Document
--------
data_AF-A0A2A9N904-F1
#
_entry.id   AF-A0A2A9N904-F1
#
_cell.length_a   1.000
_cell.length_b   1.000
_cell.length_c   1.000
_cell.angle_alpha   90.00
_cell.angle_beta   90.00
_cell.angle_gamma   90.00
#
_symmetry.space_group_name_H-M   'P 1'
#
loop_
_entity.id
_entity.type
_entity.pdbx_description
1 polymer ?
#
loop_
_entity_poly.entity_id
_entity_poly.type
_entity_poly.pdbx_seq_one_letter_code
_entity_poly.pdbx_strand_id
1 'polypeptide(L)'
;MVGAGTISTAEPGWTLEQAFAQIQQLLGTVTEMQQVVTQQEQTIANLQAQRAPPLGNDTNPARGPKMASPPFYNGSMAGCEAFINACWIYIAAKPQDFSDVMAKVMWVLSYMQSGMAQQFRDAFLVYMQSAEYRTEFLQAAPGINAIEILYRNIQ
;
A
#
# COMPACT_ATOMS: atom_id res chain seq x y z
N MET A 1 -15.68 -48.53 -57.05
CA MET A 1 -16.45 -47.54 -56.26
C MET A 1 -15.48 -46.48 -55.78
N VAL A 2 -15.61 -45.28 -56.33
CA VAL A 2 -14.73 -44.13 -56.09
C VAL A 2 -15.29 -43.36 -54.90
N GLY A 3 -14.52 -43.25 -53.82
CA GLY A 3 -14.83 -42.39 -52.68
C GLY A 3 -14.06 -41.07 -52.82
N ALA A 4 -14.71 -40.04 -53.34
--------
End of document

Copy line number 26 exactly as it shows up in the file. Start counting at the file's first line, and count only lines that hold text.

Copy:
;MVGAGTISTAEPGWTLEQAFAQIQQLLGTVTEMQQVVTQQEQTIANLQAQRAPPLGNDTNPARGPKMASPPFYNGSMAGCEAFINACWIYIAAKPQDFSDVMAKVMWVLSYMQSGMAQQFRDAFLVYMQSAEYRTEFLQAAPGINAIEILYRNIQ